Perhaps no other subject today has been the subject of conversations at cocktail circuits as much as the subject of Medical Tourism. But for the lay person it conjures nothing more than the idyllic comfort of the warm beaches of Florida or Pattaya while getting a face chiseled to the likes of Angelina Jolie or the carving out of a smile of Robert Redford.

But in reality Medical Tourism, a misnomer of present times, is a really serious, over $40 billion business with perhaps not too much thought really given to it. But we will have to accept that every swimmer jumps into a pool without really checking out the temperature of the water.

Its time we made some serious distinctions — lifestyle centric tourism destinations vs. medical care centric destinations. Cosmetology, dental care, day care ophthalmic procedures and other such day care procedure aptly fit under the category of lifestyle centric tourism. They perhaps warrant the picturesque brochures with the warm sandy beaches and the tropical sea backdrops with a Bacardi evenings thrown in.

Centers in Turkey have made a success of a cataract procedure programs well packaged into a weeks holiday and the tales of Thailand is legendary. But we need to get our format right. Advance secondary care or tertiary care treatment needs a careful repositioning. They will need to be centers of clinical excellence with infrastructure and clinical backup to match.  Their being on a scenic location would, off course, only be a bonus.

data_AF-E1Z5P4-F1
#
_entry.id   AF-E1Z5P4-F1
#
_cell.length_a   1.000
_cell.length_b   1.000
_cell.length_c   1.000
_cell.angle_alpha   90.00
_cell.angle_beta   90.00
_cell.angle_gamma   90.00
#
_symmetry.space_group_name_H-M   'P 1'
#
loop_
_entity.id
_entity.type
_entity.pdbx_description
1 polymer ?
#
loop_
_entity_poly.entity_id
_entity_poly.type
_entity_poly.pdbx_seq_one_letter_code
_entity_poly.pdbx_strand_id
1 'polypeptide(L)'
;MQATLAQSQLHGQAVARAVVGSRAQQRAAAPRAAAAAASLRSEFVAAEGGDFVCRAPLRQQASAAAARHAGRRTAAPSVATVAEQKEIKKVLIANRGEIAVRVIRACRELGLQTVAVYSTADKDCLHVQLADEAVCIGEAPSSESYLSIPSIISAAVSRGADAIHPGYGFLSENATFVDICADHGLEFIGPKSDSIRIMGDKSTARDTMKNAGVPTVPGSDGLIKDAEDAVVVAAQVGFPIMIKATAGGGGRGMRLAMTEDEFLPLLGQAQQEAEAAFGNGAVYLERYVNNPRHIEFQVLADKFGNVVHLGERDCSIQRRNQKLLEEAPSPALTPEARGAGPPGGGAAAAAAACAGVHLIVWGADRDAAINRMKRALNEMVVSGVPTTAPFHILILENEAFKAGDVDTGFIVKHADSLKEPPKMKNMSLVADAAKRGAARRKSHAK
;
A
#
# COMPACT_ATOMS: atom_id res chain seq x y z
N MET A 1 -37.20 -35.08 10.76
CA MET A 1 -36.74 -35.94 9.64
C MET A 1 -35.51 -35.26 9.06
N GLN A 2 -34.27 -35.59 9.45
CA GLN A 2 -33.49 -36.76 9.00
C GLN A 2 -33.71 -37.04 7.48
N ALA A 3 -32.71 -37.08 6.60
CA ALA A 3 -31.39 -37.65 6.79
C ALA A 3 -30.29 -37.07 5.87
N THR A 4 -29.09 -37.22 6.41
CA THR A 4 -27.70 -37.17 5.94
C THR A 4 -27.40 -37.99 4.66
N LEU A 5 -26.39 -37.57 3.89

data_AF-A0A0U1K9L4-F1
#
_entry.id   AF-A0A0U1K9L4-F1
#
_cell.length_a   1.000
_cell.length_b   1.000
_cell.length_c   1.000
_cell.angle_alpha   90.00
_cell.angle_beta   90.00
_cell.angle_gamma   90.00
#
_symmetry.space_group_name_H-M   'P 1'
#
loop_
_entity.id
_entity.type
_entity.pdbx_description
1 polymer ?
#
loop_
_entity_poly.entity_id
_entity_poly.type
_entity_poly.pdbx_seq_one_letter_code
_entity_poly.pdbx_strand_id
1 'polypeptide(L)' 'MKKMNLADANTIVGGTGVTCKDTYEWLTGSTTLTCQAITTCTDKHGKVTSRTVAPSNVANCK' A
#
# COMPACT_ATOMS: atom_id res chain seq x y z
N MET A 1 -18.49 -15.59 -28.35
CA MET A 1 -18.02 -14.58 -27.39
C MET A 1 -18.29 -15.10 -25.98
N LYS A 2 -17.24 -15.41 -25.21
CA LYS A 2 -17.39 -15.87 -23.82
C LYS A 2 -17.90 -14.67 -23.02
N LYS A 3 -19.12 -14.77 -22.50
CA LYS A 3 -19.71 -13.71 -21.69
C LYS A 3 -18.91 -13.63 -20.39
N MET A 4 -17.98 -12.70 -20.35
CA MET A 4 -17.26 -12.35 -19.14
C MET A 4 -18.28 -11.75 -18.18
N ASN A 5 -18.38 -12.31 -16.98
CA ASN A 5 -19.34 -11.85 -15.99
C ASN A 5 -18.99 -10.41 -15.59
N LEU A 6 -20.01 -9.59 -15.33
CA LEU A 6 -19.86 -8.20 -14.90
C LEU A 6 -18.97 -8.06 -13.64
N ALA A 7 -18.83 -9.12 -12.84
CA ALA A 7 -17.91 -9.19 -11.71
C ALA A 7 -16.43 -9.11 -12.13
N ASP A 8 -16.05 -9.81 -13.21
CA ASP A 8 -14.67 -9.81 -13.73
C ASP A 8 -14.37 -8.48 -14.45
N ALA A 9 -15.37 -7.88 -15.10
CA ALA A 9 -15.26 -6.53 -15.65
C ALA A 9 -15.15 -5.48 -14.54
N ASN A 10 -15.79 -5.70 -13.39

In a recent global summit organized by Harvard Medical International in Boston in October 2007, what clearly emerged were the progressive and forward steps already taken by hospital organizations across the world to stake their claims to the fortunes of Medical care programs. Turkey, Greece, Dubai, India, China, Malaysia, and Singapore are a few of the countries that have recognized the potential of this business. But another clear picture is also emerging. For Advance Medical care program business will be soon be time-centric and all these countries have unsolicited business within two flying hours in any direction.

This may soon be the main consideration for mobility between nations. It is also of serious consequence for Americans to deal with the exodus of uninsured patients to some third world countries.  There you have heard horror stories of unscrupulous agents who lured patients on cost considerations to consequences of gross medical negligence, gross clinical incapabilities and no appropriate medical infrastructure to back their claims to fame.